Strict New Mediation Rule Now Effective

Strict New Mediation Rule Now Effective

What happens in Vegas stays in Vegas (or so they say).  And what happens in mediation stays in mediation. Or does it?

In 1996 Michael Cassel obtained a “Global Master License” (“GML”) to sell Von Dutch clothing.  He founded a company (“Von Dutch Originals, L.L.C.) (“VDO”) to sell clothing under that name.  Cassel thereafter lost ownership of VDO, and VDO eventually filed suit and obtained an injunction against him restraining him from selling Von Dutch clothing.

Shortly before trial, VDO and Cassel submitted the case to mediation.  Prior to the mediation, Cassel and his attorneys agreed he would accept no less than $2 million in exchange for assigning his GML rights to VDO.

According to the reported opinion, after “hours of mediation” Cassel’s attorneys told him that VDO would not pay more than $1.25 million for the rights to the GML.  Though Cassel “felt increasingly tired, hungry and ill, his attorneys insisted he remain until the mediation was concluded and they pressed him to accept the offer, telling him that he was ‘greedy’ to insist on more.  At one point [Cassel] left to eat, rest and consult with his family, but [his attorney] called and told [Cassel] he had to come back.  Upon his return, his lawyers continued to harass and coerce him to accept a $1.25 million settlement.  They threatened to abandon him at the imminently pending trial, misrepresented certain significant terms of the proposed settlement, and falsely assured him they could and would negotiate a side deal that would recoup deficits in the VDO Settlement. . .  Finally, at midnight, after 14 hours of mediation, when he was exhausted and unable to think clearly . . . [Cassel] signed [a settlement] agreement.”  Cassel v. Superior Court (2011) 51 Cal. 4th 113, 119-120.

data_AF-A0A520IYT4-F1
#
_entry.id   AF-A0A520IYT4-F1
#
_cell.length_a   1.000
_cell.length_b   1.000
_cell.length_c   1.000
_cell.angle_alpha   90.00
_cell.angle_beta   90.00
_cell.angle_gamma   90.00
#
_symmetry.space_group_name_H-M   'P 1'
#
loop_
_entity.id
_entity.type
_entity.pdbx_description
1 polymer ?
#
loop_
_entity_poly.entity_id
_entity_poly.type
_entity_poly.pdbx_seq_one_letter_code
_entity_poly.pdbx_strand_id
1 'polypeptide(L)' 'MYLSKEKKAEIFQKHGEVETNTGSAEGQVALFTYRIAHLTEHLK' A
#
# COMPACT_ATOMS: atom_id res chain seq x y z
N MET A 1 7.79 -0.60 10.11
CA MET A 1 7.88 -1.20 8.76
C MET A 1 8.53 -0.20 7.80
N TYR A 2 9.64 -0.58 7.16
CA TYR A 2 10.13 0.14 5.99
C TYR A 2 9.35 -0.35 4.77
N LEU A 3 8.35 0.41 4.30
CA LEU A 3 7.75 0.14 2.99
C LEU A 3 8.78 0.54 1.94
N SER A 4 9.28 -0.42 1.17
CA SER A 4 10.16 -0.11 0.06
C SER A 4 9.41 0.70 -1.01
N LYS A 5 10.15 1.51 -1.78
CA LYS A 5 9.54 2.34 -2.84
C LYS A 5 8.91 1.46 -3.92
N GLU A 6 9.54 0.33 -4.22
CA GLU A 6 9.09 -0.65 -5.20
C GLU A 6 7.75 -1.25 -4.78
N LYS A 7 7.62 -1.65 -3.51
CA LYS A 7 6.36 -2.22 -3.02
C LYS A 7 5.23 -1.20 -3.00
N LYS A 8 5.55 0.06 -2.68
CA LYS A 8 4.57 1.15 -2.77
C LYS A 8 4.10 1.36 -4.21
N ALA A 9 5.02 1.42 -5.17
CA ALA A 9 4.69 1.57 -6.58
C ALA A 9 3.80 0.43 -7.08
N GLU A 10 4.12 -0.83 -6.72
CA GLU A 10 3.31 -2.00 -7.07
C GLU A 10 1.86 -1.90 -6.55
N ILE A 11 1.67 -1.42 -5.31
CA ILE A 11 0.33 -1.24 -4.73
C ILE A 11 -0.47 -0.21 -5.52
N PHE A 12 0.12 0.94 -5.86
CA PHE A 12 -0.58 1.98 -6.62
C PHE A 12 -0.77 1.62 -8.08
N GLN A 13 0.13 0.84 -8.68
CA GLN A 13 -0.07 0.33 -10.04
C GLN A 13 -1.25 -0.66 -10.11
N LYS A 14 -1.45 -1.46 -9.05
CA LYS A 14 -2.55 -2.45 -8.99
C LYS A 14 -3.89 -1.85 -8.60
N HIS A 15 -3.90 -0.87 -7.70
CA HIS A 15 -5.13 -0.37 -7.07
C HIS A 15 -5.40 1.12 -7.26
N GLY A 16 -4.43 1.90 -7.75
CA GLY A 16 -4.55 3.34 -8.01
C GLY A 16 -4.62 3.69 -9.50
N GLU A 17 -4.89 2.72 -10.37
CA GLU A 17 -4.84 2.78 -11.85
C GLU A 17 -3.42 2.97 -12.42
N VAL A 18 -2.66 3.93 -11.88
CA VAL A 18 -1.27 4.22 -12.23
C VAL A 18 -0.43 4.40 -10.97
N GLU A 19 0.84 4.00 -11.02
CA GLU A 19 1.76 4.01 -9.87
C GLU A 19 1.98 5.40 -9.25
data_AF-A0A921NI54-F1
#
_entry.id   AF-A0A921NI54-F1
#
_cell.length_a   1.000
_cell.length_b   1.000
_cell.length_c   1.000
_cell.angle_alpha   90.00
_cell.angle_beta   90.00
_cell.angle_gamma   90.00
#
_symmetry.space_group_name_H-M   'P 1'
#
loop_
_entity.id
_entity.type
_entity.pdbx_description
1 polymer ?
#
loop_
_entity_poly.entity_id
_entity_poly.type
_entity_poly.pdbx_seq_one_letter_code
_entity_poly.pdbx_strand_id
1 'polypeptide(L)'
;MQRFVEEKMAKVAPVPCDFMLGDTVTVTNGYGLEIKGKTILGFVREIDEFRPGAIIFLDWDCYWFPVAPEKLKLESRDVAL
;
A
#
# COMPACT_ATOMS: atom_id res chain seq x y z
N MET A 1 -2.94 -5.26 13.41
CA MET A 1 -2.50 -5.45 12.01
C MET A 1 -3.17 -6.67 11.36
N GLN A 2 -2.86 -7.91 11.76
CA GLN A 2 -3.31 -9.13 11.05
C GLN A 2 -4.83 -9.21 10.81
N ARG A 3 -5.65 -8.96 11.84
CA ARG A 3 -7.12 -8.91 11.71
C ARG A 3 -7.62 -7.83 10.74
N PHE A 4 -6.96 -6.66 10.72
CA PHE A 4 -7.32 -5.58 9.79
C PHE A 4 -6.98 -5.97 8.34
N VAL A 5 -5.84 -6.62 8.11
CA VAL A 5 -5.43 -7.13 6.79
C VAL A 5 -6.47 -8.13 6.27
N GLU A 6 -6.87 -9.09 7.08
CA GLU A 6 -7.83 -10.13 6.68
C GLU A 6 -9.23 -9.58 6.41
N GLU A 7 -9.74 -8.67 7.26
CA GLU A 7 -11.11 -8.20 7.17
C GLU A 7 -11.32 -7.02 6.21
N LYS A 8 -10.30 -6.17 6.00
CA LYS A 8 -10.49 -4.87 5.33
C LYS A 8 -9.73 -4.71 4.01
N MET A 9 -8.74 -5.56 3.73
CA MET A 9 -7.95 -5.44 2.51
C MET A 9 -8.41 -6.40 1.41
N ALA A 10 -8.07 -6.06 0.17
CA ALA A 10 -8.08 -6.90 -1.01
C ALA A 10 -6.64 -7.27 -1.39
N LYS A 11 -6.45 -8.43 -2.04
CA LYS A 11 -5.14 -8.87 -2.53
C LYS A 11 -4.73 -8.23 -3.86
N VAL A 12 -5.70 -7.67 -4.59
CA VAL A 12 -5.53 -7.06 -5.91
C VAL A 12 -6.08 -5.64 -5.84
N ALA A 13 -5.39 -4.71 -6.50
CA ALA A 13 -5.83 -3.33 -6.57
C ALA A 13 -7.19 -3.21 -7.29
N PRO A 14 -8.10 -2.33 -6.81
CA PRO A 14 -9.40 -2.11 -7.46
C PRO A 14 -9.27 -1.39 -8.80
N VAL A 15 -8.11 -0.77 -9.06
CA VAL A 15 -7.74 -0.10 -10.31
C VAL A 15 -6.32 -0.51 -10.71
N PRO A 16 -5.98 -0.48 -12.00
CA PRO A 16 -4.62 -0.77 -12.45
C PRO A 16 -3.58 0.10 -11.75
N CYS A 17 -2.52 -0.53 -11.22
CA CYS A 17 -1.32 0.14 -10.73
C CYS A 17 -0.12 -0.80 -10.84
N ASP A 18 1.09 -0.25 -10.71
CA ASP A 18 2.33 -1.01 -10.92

Cassel thereafter sued his attorneys for breach of their professional, fiduciary and contractual responsibilities towards him.  Prior to trial, Cassel’s former attorneys filed a motion in limine under the mediation confidentiality statutes to exclude all communications between Cassel and themselves relating to the mediation.  The trial court granted the motion and excluded the mediation-related communications between Cassel and his attorneys.  The Court of Appeal reversed, holding that the confidentiality provisions in the mediation statutes were intended to apply to communications between the disputants and not between a disputant and their legal counsel.  The California Supreme Court granted review and held that the mediation statutes at Evidence Code 1115-1128 granted broad confidentiality protection to mediation communications (which included communications between a disputant and their attorney).  The Supreme Court held that any limitations on mediation confidentiality needed to come from the Legislature and not the Supreme Court.  As a result, Cassel’s attorneys were able to successfully block the admission of mediation communications that occurred solely between Cassel and his attorneys.

Due in part to the Cassel decision, mediation confidentiality has been a “hot button” topic in Sacramento for several years.  After years of discussion the California Legislature was poised to adopt legislation that would make admissible a limited number of mediation communications.  But after receiving significant negative feedback from stakeholders throughout California, the Legislature opted instead to adopt a new statute requiring attorneys to disclose to their clients the potential effects that mediation confidentiality may have on claims between clients and their attorneys.

Newly adopted California Evidence Code §1129 became effective on January 1, 2019.  That section requires an attorney who represents a client at mediation[1] to do two things:

  1. Provide the client with a “printed disclosure” containing the confidentiality restrictions described in evidence code §1119 and
  2. Obtain a “printed” acknowledgment signed by the client stating that he or she has read and understands the confidentiality restrictions.

The “disclosure” must:

  • Be in the preferred language of the client
  • Consist of printed language in at least 12-point font
  • Be printed on a single page
  • Not be attached to any other document provided to the client
  • Include the names of the attorney and client, and
  • Be dated by the attorney and the client